7 Worst Trends that Plague PC Game releases of today
Despite the towering resources and versatility offered by the PC platform, the industry has constantly pushed it to the backseat and treated the community as second class citizens. Although the PC is still home to the biggest titles of this generation, Consoles have taken over as lead platforms for the developer, often leading to PC ports being churned out as afterthoughts. Without further delay, here are the trends that have emerged over the years in most multiplatform PC releases.
Delay it Months after the Console release
Now this needs no introduction. PC iterations of games are often delayed by an agonizing period over their console brethren, a trend which seems to get more and more common with the passage of time. The reason is overly evident. Publishers find this as the most effective way to tackle piracy, and help escalate sales on consoles in the process. With all the dominant problems (which we’ll further discuss below) that plague PC ports of today, there’s little incentive for even the most diehard and stubborn pc gamers to sit it out. Had there been a promise of exclusive content and features made by the developers, the wait will be far less daunting but we all know the present state of the industry.
When the PC version finally hits stores, the game finds itself overshadowed by other releases. Regardless, gamers will still question if the superior visuals and better controls are worth the price tag of $50 or $60, when the same game can be picked up for consoles from the bargain bin.
Little to no improvement in graphics over consoles and Poor Optimization
The Xbox 360 and PS3 were no doubt technical power houses when they first released. But a brand new generation of Graphic Cards grace the masses every two years and raise the bar significantly higher with every release. When faced with the decision of which side of the river to set up camp, developers almost always go with the side which offers a greater promise of loot. Sacrifices in visuals are made in order to make the game run at a stable frame rate on consoles, and quite sadly, are omitted out from the PC version as well. Aside from the bonus of running the game at a larger resolution and a few bells here and there, there’s little to distinguish multiplatform releases these days. The Call of Duty games, Dead Island, Deus Ex Human Revolution, are some examples of such ports.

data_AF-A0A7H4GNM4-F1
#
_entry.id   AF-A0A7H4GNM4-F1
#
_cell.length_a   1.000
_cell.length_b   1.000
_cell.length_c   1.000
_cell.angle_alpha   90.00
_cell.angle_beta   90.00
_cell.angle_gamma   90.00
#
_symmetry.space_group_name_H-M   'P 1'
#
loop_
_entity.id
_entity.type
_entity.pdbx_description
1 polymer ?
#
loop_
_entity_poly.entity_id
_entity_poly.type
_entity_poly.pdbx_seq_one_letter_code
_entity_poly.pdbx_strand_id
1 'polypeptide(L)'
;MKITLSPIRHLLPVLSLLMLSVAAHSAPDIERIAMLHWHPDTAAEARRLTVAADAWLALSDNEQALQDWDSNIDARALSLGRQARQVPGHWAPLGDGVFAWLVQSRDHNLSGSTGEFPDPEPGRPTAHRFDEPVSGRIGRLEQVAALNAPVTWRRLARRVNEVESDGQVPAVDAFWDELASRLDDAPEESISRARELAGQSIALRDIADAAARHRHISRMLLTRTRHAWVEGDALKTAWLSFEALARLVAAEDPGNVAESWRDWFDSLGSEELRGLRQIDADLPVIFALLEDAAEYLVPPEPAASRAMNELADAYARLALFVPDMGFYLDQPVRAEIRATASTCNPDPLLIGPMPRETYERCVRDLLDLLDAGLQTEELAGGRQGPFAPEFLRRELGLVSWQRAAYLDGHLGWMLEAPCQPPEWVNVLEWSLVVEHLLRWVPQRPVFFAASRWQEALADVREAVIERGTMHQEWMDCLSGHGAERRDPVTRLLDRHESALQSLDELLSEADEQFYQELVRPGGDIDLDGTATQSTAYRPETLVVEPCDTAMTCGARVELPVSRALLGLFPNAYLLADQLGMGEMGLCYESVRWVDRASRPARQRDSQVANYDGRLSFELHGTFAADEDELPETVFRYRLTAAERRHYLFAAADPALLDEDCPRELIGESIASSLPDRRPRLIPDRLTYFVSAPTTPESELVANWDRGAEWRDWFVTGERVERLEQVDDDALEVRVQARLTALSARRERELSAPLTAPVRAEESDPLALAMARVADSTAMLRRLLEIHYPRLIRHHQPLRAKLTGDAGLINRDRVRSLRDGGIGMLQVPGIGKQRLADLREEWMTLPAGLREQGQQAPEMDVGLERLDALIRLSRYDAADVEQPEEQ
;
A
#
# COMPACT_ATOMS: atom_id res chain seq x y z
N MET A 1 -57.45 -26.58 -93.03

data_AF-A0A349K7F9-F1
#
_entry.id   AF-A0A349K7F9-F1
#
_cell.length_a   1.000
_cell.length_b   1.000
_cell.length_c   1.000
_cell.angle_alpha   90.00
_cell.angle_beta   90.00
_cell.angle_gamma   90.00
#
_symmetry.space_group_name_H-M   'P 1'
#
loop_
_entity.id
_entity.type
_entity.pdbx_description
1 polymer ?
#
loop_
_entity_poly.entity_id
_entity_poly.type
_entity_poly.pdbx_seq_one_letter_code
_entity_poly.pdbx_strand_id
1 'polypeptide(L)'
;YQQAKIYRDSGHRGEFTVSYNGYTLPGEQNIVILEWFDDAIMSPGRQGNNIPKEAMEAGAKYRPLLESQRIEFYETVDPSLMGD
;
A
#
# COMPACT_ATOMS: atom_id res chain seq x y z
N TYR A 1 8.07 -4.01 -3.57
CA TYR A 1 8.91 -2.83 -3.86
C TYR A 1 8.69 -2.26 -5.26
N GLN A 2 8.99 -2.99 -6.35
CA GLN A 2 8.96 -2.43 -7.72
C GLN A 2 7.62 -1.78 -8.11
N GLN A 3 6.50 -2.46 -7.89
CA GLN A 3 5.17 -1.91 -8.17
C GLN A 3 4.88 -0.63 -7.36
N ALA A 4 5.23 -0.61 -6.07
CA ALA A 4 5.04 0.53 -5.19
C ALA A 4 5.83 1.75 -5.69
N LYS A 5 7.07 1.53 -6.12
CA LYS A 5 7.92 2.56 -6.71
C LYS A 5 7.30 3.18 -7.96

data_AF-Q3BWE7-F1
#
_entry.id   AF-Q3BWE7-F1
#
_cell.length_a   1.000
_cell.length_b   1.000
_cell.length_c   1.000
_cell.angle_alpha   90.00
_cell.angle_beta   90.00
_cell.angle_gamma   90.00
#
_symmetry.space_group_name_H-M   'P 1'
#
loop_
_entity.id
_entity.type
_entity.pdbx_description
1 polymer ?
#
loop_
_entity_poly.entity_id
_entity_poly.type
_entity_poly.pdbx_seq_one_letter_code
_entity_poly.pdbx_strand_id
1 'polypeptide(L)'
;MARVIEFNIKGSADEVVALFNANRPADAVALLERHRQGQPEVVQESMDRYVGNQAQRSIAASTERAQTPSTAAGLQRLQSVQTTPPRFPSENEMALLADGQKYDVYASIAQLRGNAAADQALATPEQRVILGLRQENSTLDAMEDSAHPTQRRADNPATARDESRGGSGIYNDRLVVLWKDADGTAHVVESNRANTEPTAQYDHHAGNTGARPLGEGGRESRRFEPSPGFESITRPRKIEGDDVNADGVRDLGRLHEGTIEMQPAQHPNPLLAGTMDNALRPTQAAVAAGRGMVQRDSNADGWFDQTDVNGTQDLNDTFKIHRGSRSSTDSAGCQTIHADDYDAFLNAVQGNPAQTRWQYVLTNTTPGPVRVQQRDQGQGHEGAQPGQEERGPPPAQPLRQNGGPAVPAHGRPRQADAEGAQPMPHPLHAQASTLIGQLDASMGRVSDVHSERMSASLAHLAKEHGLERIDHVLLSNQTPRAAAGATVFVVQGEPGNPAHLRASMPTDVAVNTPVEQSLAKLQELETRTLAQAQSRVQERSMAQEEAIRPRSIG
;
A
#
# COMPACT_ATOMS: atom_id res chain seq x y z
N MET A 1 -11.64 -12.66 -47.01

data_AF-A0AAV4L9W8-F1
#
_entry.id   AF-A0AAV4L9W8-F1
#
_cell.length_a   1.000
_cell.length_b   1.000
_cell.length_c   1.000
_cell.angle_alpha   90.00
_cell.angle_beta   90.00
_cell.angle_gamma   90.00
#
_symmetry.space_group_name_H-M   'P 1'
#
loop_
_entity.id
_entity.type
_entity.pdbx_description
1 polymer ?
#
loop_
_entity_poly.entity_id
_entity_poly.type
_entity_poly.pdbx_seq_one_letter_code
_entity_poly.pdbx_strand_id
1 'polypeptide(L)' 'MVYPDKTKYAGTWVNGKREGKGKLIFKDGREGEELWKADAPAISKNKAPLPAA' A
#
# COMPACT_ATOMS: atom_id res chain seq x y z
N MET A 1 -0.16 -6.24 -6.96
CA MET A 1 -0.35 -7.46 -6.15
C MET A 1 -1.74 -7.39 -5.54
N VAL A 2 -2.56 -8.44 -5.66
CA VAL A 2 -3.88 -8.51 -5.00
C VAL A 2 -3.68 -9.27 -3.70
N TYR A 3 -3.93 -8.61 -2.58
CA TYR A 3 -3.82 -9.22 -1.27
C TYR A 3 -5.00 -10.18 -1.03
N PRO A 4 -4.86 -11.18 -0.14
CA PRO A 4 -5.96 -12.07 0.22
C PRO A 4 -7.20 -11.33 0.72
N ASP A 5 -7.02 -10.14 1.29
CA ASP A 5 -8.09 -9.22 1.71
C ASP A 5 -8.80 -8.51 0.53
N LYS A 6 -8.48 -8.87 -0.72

Even franchises which grew the roots on the PC have disregarded its fan base. Crysis was the poster boy for graphic progression with its vast open areas and unmatched visual fidelity. But its sequel, Crysis 2 is nothing to write home about. Its textures were literally one fourth of the resolution of its original and even at the highest settings; it couldn’t scratch the surface of the original. The DirectX 11 and official texture pack did manage to set it apart from the crowd, but that was months after its release. id Software is synonymous with tech breakthroughs. Doom 3 delivered a graphical leap which you’ll rarely see unaccompanied by the dawn of a new generation of consoles. And yet, Rage PC remains visually indistinguishable from the 360 iteration, despite the consoles being in the sixth year of its life span and lagging several generations behind the PC.
Even if the game fails to deliver the visual panache expected from a PC release, all can be forgiven if the game scales well over a wide range of setups without any issues. We’ve seen ports which are visual clones from their console versions (assuming their running at the same resolution), yet they struggle to run at a smooth rate on hardware which far exceed that of the consoles. Textures streaming issues, tedious loading times, unaltered field of view, unbearable number of crashes, you get the point. Ati Graphic Card owners find themselves the worst victims of such scenarios with an unplayable build at launch. It takes nearly a week or two for driver updates and patches to iron out all the issues and that’s if we’re lucky. Some developers time and again abandon the game and it’s left to the mod community to take up the fallen flag and deliver what the developers should have in the first place.